“Russia is no longer a reliable business partner,“ Scholz said. “It has reduced gas supplies all over Europe, always citing technical reasons that never existed. And that's why it's important that we don't fall into Putin's trap and stick together and stand together," he added.
Europe and Germany will continue to be reliant for the coming year or two on Russian imports, specifically on gas, Trudeau said. The Canadian Prime Minister rejected Russia's efforts to blame Canada. “What we have done by returning that turbine is remove the excuse that Russia had to blame anyone else for their decision to weaponize energy policy,“ the Canadian Prime Minister made clear.
“What Russia's goal is, is not to just create division amongst countries that are steadfast in their support for Ukraine, but undermine public support for the strong stands that our countries have taken in support of Ukraine. And in that we chose to take the difficult decision in returning those turbines because we do not want division in our steadfast support for Ukraine or a lack of the political support in our democracies for doing the right things,“ Trudeau said.
Some more context: The turbine is in Germany waiting to be deployed, according to Scholz. Russian state-owned energy company Gazprom had substantially reduced gas deliveries to Germany in July saying that a faulty gas turbine needed maintenance. In spite having resumed gas deliveries at 20 percent of maximum capacity, Gazprom has announced further maintenance at the end of August leading to another suspension of gas deliveries.
Germany is trying to fill its storage facilities as far as possible with austerity measures in preparation for the coming winter.
Trudeau said that Ukraine was not only “fighting for itself,“ but were also “fighting for the rest of us, for the values that underpin democracies.“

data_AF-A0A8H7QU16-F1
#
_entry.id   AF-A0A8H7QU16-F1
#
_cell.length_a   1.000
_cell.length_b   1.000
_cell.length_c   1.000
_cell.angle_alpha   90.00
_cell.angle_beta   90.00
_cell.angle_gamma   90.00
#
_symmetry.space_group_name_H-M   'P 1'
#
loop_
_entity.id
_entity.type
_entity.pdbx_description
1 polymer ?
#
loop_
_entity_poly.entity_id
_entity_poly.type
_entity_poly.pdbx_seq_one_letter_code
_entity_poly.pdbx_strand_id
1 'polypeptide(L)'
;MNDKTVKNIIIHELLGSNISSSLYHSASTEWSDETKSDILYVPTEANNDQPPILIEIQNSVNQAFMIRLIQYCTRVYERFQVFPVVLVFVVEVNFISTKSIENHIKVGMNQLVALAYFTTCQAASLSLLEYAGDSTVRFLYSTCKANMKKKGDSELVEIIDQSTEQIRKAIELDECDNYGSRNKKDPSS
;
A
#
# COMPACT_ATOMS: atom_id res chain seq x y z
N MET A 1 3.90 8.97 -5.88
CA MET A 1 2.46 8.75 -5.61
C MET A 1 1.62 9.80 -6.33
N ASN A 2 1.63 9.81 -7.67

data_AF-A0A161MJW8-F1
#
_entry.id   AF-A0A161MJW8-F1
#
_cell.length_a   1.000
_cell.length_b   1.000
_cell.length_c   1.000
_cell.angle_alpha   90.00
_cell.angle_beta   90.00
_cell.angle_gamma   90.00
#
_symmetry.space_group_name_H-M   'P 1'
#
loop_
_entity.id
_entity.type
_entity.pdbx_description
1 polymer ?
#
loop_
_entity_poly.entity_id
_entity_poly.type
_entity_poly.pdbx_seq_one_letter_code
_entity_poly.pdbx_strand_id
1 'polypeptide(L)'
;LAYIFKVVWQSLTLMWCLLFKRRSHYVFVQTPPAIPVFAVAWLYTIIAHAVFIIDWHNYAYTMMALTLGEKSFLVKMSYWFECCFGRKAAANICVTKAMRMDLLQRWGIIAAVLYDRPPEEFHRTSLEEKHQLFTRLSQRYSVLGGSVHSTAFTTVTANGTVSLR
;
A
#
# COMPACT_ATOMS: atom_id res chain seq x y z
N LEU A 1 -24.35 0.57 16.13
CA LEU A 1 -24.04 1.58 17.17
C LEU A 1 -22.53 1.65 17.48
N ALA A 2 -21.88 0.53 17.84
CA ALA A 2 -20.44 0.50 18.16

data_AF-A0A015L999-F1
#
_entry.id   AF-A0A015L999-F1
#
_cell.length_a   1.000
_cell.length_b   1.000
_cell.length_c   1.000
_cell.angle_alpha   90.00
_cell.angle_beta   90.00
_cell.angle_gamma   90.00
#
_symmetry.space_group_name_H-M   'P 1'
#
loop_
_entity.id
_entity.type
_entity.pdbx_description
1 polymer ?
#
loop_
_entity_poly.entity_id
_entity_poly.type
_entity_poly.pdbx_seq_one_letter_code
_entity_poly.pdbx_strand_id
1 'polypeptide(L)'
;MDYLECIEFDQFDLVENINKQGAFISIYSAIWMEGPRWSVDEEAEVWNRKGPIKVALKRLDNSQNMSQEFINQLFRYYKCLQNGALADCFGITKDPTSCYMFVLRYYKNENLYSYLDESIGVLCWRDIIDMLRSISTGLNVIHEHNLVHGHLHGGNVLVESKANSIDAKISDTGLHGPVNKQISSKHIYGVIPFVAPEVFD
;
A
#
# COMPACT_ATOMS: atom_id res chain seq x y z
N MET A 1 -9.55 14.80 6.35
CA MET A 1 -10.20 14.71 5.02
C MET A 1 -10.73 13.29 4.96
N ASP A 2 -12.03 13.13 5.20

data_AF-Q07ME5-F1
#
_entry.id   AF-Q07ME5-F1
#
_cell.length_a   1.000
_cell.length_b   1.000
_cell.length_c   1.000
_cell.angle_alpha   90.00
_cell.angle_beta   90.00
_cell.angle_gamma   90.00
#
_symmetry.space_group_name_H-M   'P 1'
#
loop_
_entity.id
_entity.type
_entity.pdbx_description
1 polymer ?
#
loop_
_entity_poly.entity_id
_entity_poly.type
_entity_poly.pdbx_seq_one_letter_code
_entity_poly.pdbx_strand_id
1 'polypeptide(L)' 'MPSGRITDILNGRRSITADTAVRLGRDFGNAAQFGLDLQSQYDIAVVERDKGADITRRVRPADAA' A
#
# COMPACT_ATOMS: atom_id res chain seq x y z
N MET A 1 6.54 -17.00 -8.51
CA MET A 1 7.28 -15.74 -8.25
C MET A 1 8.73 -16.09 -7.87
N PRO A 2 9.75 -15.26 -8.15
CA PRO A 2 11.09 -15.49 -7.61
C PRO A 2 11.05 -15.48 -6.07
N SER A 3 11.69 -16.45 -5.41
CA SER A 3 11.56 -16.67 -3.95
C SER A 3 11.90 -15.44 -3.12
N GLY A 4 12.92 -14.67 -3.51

“And that's why we are unequivocal that Putin must not win. We will continue to be there, to stand up for our democracies,“ Trudeau promised, even if it was “causing hardship around the world, hardship for us.“ But Putin had to be held accountable for this hardship because it was caused by Vladimir Putin himself, Trudeau said.
Russian ambassador to the US Anatoly Antonov came to the State Department on Thursday so the United States "could warn Russia against any escalation of its war on Ukraine," a department spokesperson said Monday.
This included calling on Russia to "cease all military operations at or near Ukraine’s nuclear facilities and to return full control of the Zaporizhzhya nuclear power plant to Ukraine," the official added.
The spokesperson did not offer additional details on the discussions, including with whom Antonov met at the department.
In an interview with a Russian media outlet the day prior to the meeting, Antonov said he would raise “fully-fledged and full-scale participation of the Russian delegation in the [UN] General Assembly work in New York in September.”
The United Nations has a fact finding team ready to investigate the Ukraine prison attack in Olenivka — but for now — it’s going nowhere.
Despite Russia and Ukraine requesting an independent probe, the UN believes the situation around the prison is not safe for access without proper assurances.
The UN spokesman Stephane Dujarric announced other members of the team Monday.
Joining a veteran retired police Lieutenant-General from Brazil is a diplomat from Iceland and a police official from Niger.